One of the requirements, as far as there are such a thing, is that the villain be in the process of doing something wrong. Otherwise they aren’t much of a villain. Lately the trend has been to try and explain why and how the villain justifies this wrong-headed behavior. But there isn’t always a justification sufficient for a normal, sane person: Hitler and his did some awful things and I can’t see anything making that seem like a reasonable action. Rape is never a reasonable thing to do — but it still happens. For the purposes here, we’ll leave off justifications. Somehow, someway, the villain is getting something out of it.
The crime also has to in some way impact our hero. Preferably, the crime has to be something the authorities can’t stop (lack of evidence, etc, which implies a lucky or intelligent criminal), or won’t stop (corruption, implying a powerful, and thus really interesting criminal). In different settings — the 1950s for example — evidence is a much higher bar. DNA wasn’t an issue for criminals back then. To paraphrase John Mulaney, “You pretty much just had to not be there when the cops showed up.”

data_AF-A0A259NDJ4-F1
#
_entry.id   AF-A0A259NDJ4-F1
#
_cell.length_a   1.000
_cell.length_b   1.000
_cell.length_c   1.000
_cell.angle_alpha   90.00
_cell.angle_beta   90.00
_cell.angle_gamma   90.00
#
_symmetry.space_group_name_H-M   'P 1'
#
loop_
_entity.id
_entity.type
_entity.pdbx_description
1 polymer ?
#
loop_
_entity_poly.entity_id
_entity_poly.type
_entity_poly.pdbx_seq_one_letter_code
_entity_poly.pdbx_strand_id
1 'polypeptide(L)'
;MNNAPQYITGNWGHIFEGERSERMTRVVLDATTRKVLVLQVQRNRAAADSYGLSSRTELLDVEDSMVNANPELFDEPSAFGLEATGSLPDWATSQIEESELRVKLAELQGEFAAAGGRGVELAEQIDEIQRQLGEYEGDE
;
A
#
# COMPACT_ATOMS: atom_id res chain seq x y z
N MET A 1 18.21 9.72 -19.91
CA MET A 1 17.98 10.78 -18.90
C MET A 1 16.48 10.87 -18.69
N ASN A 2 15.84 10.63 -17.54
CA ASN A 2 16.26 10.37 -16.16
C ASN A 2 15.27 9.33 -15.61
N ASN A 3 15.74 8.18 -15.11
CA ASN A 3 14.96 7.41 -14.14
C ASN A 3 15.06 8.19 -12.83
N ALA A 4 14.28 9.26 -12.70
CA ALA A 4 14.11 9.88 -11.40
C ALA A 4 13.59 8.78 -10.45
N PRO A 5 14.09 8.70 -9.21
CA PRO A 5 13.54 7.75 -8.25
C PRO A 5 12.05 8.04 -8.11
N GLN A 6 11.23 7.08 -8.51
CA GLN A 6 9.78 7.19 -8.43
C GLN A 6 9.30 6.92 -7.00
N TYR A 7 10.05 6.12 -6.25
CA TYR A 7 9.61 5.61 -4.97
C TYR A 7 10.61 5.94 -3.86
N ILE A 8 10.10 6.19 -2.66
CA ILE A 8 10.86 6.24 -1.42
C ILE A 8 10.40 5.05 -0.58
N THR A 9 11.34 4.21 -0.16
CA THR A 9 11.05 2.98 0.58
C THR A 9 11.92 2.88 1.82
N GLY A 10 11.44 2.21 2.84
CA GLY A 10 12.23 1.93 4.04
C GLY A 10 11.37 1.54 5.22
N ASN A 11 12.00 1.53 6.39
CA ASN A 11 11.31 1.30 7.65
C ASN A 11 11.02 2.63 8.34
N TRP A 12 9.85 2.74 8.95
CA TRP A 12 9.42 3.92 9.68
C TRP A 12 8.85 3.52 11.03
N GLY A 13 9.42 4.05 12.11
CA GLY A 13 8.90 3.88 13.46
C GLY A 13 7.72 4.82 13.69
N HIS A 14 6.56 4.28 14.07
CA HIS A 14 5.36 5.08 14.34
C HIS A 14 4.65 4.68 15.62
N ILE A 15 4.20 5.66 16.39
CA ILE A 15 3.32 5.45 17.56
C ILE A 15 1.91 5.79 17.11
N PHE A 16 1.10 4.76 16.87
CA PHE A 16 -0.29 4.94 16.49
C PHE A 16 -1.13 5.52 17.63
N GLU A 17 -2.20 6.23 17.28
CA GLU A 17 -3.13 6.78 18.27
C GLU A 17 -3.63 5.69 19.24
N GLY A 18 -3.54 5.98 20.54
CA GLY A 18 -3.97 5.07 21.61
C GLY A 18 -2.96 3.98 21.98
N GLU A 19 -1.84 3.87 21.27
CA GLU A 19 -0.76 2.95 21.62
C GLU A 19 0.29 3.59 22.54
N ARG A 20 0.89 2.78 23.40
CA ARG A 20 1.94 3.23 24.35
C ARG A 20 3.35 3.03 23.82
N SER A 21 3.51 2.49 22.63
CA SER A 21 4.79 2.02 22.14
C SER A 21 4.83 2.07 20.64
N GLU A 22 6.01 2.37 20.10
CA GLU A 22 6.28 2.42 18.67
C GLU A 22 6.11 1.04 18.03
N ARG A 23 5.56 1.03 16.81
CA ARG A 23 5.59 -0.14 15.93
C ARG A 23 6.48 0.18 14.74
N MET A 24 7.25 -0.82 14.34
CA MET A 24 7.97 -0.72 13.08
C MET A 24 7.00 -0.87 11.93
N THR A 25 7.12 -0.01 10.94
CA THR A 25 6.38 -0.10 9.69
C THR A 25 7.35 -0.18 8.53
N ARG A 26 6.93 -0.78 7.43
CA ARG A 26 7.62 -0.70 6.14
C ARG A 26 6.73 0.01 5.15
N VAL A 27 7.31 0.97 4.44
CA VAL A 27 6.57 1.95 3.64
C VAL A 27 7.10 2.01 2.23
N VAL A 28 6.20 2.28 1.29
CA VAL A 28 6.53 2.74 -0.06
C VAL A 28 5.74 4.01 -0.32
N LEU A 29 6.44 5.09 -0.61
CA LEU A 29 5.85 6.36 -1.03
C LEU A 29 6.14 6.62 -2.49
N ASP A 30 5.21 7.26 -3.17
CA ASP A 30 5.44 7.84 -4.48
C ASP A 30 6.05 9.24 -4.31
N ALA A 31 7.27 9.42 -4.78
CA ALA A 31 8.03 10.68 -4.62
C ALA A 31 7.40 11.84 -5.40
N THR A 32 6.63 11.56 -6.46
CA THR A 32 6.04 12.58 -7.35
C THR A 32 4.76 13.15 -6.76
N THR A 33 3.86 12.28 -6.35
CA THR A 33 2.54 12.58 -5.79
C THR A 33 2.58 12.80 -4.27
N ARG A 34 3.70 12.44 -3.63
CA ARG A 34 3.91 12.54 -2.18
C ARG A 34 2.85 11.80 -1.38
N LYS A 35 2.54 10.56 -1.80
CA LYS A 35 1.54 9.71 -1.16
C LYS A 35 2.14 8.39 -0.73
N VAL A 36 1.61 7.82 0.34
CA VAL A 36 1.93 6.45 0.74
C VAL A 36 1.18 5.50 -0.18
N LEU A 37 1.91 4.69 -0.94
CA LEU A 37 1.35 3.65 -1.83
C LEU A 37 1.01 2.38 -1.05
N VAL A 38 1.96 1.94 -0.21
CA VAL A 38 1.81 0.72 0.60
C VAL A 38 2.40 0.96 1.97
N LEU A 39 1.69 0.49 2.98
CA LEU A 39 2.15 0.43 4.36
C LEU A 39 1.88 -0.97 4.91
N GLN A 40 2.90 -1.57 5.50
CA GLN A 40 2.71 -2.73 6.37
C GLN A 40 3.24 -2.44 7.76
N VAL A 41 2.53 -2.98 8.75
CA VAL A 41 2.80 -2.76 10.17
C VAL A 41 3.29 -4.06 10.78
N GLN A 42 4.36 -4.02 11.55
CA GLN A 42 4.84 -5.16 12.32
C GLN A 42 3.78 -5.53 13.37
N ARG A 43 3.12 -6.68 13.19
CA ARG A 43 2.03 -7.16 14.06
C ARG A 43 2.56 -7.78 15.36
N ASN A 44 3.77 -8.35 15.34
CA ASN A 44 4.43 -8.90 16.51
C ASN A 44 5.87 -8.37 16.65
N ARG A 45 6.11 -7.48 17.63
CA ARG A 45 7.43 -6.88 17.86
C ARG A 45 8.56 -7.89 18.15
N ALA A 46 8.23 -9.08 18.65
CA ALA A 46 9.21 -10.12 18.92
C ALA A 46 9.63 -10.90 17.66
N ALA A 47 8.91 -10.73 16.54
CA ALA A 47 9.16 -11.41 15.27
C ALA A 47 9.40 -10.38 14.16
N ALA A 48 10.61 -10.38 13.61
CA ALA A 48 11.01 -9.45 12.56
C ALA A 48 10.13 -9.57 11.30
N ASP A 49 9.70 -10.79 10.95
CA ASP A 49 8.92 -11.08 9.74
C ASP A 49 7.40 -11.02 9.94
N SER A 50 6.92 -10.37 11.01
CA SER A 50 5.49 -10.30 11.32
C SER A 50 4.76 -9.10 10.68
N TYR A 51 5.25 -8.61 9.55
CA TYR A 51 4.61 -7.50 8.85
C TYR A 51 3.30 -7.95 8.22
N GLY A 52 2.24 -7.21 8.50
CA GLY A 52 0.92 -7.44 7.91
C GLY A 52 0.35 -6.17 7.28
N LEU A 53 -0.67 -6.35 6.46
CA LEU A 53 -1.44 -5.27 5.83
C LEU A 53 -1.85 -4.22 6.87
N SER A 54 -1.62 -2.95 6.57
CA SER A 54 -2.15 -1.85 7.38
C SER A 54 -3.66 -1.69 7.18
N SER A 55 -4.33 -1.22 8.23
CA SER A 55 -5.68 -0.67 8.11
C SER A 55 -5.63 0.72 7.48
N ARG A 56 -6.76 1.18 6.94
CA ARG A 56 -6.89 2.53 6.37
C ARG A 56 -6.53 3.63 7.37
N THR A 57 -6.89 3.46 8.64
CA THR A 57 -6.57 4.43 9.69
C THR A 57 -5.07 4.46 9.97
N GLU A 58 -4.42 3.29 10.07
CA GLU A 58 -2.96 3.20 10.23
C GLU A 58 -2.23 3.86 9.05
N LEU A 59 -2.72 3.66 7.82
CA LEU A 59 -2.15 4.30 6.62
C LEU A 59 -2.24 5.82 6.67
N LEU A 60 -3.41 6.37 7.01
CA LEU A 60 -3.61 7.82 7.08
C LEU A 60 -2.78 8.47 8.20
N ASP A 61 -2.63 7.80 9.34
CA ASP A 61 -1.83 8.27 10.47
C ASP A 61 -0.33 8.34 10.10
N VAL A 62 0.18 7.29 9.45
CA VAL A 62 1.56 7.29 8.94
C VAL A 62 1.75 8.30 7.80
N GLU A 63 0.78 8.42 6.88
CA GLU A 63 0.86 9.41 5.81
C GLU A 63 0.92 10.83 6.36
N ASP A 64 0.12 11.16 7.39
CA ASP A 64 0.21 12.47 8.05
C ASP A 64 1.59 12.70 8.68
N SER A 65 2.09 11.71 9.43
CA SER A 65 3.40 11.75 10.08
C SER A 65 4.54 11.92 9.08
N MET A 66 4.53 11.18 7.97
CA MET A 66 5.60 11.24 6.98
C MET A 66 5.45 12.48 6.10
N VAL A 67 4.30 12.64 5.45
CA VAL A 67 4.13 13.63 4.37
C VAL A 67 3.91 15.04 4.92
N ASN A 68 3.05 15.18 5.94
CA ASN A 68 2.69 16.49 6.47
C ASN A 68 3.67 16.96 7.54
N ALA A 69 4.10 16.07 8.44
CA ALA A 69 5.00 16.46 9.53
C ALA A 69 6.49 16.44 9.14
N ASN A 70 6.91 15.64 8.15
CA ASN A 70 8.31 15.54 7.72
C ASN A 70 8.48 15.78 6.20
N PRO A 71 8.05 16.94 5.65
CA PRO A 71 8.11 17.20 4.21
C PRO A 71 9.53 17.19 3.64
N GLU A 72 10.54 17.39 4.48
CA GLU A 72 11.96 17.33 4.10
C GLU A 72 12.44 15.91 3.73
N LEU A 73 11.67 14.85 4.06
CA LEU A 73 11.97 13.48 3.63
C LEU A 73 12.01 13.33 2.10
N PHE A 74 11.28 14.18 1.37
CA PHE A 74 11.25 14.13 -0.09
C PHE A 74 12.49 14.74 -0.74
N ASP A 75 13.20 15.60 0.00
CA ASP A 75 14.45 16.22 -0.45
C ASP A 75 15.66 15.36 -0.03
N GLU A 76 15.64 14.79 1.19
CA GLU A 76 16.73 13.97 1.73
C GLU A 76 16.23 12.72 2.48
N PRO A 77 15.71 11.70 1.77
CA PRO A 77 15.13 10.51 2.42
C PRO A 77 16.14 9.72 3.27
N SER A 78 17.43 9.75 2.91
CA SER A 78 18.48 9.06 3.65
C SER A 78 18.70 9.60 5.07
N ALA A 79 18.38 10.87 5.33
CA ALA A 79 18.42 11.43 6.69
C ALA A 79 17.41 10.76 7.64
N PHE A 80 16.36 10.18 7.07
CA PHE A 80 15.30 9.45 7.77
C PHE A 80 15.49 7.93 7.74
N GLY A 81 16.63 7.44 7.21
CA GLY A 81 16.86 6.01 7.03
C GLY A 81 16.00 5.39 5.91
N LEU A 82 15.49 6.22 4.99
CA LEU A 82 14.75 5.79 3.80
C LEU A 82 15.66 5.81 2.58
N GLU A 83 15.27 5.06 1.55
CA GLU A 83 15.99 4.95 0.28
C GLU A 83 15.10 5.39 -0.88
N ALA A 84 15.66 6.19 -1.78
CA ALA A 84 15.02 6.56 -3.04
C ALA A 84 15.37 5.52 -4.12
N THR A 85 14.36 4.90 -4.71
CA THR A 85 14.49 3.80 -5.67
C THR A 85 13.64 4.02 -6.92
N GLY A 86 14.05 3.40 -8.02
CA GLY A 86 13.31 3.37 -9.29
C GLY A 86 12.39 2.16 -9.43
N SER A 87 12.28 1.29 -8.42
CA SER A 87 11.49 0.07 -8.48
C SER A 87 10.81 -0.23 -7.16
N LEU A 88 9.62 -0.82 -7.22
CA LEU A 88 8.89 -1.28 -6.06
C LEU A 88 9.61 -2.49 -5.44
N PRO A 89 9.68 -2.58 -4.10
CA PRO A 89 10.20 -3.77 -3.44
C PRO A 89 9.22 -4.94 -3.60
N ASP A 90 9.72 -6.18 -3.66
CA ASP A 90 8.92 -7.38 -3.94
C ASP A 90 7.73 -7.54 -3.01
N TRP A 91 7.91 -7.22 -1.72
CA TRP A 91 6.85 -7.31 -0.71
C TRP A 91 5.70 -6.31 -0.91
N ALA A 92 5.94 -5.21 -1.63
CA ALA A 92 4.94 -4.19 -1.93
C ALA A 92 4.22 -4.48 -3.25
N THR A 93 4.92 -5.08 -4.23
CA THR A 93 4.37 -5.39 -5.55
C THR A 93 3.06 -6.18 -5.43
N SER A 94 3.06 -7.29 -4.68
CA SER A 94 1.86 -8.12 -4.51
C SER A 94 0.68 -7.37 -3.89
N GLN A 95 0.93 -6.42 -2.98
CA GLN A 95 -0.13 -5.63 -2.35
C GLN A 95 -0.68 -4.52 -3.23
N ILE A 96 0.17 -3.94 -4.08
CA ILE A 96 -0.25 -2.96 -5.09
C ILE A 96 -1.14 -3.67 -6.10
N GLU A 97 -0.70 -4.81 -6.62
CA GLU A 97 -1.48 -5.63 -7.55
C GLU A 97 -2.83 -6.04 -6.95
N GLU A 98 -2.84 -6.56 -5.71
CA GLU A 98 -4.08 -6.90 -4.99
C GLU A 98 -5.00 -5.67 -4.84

Thus, I find myself with a current dilemma in setting something in the present day… because there are cameras everywhere, DNA everywhere, fibers… everywhere. Ballistics are taken of many guns off the assembly line. Even without registration, tracking a gun… blah. Without some sort of authority to help a perpetrator, there are any number of Dues ex Machina ways the person could get caught.
And you really want the hero to do the getting, not a hairball…